- About Us
- Local Savings
- Green Editions
- Legal Notices
- Weekly Ads
No need for SKFR to hurry into a bad merger
As has been our inclination all along, we have no problem in theory with the idea of the South Kitsap Fire & Rescue District consolidating with Central Kitsap and Bremerton districts — so long as the move makes sense.
To be more specific, it has to make economic sense for the districts, and by extension, the taxpayers who pay their bills.
With that in mind, we were not at all discouraged to hear last week that the merger talks have been put on hold at least temporarily because, according to SKFR Commissioner Dusty Wiley, “...some of the (ideas) just weren’t penciling out.”
Wiley explained that the main stumbling block was figuring out how to merge three separate funding mechanisms into one policy that worked for residents of each distinct community.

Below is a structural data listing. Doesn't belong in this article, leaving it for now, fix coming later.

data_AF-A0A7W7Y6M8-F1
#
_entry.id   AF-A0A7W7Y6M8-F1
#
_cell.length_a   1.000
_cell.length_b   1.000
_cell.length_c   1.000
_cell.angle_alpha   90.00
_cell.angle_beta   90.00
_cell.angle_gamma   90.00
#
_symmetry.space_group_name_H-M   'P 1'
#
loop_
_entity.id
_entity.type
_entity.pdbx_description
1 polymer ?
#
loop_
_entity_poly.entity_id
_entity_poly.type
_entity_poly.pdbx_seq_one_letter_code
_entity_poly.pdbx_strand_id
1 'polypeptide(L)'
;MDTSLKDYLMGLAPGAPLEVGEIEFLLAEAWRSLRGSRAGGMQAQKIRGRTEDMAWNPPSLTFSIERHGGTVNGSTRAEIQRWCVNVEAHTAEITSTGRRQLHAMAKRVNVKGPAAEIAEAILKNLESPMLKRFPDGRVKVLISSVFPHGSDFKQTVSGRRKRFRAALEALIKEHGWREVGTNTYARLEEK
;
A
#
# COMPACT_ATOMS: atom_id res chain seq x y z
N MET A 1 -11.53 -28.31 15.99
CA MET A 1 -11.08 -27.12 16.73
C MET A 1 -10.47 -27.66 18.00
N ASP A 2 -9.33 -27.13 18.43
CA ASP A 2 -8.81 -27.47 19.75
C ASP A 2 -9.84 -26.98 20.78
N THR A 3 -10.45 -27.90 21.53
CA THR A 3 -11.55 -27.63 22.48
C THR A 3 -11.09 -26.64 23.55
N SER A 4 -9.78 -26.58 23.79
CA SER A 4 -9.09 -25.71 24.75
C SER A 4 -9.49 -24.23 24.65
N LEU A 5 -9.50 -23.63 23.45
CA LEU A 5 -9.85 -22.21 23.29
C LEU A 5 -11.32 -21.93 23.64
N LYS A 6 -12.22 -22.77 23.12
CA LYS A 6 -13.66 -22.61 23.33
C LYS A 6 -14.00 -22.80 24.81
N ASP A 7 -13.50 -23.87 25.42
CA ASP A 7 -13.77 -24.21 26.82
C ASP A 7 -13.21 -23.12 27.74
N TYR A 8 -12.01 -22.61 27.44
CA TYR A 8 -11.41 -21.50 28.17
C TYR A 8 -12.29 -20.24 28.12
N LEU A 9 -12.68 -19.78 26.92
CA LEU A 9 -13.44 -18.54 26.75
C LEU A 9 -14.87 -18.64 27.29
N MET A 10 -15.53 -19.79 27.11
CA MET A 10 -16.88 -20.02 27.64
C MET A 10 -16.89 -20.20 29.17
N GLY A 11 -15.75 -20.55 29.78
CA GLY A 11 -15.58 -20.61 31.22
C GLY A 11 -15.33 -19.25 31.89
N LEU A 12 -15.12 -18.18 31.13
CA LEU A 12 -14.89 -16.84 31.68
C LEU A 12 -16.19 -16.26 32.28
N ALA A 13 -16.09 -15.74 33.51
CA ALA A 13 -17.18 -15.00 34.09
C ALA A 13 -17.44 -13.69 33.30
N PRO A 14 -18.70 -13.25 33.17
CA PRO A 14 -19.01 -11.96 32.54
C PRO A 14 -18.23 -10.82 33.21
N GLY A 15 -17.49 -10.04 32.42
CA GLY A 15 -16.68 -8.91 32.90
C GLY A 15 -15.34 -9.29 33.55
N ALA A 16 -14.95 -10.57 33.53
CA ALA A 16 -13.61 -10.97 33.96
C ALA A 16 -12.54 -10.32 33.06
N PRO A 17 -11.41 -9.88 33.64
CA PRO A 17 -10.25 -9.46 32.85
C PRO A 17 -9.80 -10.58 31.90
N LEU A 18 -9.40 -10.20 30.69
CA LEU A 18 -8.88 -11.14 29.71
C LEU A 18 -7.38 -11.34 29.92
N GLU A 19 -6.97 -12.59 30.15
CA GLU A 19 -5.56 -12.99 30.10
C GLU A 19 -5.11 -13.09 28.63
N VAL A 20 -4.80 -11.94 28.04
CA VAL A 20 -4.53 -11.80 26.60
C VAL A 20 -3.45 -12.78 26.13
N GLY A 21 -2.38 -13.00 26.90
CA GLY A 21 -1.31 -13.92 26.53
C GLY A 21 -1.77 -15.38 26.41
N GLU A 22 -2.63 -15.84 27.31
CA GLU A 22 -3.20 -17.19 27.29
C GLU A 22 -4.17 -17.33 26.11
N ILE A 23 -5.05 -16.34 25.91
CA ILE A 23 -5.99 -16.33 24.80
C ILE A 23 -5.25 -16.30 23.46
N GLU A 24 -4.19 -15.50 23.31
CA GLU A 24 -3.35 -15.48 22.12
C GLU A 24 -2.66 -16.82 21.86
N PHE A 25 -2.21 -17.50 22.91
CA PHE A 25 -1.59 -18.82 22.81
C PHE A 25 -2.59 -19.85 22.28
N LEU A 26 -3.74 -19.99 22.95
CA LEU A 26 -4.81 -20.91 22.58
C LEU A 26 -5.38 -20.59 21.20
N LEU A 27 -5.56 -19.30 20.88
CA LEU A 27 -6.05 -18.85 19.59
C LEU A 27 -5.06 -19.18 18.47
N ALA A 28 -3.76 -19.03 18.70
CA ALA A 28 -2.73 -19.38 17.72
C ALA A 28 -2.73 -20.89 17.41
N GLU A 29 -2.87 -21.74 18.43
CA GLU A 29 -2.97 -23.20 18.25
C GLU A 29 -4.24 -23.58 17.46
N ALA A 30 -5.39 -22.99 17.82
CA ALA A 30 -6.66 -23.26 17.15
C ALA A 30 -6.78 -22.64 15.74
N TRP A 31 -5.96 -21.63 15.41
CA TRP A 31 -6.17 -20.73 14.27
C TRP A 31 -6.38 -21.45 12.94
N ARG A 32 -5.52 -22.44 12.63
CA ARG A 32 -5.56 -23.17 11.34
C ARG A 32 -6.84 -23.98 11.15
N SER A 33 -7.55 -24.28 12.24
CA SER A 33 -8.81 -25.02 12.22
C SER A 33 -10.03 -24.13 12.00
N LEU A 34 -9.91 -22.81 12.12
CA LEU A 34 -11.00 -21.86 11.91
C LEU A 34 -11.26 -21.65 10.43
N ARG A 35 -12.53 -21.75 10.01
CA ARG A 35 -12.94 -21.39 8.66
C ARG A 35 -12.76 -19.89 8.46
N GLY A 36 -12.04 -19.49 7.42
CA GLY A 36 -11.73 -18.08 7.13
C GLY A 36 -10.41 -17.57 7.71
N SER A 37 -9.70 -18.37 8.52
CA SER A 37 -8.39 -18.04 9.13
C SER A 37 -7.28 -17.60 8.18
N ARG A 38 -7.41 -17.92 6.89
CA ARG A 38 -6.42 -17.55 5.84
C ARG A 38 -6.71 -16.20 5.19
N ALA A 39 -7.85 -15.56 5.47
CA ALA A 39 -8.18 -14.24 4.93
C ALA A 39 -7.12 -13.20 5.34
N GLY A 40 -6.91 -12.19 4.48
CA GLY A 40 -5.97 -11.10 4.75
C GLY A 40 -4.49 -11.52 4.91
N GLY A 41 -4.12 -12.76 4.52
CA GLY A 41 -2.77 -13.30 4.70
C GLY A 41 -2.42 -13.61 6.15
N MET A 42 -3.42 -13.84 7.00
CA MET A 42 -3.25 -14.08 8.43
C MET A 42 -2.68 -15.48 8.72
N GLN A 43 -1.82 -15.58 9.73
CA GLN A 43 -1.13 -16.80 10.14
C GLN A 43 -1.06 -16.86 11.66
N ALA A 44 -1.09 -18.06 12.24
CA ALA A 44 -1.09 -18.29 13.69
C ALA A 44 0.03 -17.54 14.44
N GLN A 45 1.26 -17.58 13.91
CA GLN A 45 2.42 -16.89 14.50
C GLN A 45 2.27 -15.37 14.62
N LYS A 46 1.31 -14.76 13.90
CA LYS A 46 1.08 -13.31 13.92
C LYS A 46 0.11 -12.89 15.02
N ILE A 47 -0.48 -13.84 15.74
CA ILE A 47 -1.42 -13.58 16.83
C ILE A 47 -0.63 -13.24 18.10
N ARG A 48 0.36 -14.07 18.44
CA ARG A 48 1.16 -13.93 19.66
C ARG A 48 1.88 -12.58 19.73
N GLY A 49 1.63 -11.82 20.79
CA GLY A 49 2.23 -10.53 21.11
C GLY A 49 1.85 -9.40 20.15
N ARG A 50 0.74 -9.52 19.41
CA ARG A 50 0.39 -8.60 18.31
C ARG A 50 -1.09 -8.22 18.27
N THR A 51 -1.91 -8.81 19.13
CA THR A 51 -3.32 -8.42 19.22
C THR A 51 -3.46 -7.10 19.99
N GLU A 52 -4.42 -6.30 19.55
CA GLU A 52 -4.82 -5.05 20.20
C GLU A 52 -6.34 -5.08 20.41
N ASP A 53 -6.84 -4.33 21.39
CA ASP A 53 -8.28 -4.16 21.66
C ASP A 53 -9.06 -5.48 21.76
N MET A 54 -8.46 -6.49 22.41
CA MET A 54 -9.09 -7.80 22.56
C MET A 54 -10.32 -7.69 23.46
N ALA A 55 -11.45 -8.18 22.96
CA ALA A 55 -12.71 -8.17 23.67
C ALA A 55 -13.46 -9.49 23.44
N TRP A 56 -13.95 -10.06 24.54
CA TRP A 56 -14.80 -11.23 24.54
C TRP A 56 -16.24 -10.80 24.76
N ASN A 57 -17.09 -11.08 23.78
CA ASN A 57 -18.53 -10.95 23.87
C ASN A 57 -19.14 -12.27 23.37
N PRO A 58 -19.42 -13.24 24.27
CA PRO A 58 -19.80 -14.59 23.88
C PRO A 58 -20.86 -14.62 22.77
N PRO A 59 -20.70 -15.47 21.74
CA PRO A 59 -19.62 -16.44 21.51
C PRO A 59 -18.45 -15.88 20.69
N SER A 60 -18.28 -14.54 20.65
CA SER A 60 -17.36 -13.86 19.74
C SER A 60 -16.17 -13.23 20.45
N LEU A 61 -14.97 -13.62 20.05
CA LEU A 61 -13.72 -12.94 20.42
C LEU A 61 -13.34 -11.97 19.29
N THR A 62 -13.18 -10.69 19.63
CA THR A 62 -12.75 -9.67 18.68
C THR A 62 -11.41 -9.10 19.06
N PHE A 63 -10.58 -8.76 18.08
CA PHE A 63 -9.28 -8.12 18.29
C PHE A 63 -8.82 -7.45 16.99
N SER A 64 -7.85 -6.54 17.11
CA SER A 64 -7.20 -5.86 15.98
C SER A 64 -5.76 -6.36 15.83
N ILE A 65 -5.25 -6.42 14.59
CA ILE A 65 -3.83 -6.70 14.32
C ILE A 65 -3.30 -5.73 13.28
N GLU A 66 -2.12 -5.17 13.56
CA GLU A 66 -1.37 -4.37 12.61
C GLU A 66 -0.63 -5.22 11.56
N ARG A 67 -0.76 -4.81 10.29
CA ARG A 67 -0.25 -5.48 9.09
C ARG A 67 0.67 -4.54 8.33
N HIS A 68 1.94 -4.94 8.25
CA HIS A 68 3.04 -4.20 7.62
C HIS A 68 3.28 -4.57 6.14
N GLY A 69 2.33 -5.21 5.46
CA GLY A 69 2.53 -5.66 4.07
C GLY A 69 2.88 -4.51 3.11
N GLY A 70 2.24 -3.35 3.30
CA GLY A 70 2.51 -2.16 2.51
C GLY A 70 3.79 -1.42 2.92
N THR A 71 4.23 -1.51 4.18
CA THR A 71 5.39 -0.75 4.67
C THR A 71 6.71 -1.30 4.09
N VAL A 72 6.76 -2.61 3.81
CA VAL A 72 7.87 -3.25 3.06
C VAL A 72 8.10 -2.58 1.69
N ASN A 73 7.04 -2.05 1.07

“With the concerns about the economy and overall funding issues,” added SKFR Deputy Chief Steve Wright, “the committee passed a motion to not have the issue on the ballot this November.”
In our mind, the goal of the merger was always to eliminate the overlap of services and enjoy economies of scale that would reduce operating costs. But if the result was going to be a larger, more difficult to manage mega-district that placed an unequal tax burden on one of the participating districts, we can be patient about getting started with it — especially since it seems that South Kitsap too often comes out on the short end of any partnership involving its neighbors to the north.
“This is not about saving money,” said SKFR Chief Wayne Senter. “This is about reallocating funds and resources to provide better services to our citizens more efficiently.”
That’s also fair.
It was a given that any consolidation couldn’t result in a reduction of services just to save money. At the same time, in this day and age, let’s not downplay the importance of saving a few bucks.
What we appreciate is that those doing the negotiating recognized ahead of time the deal wasn’t working and opted to back away from the game instead of playing out a bad hand.
If only it happened that way more often in the public sector.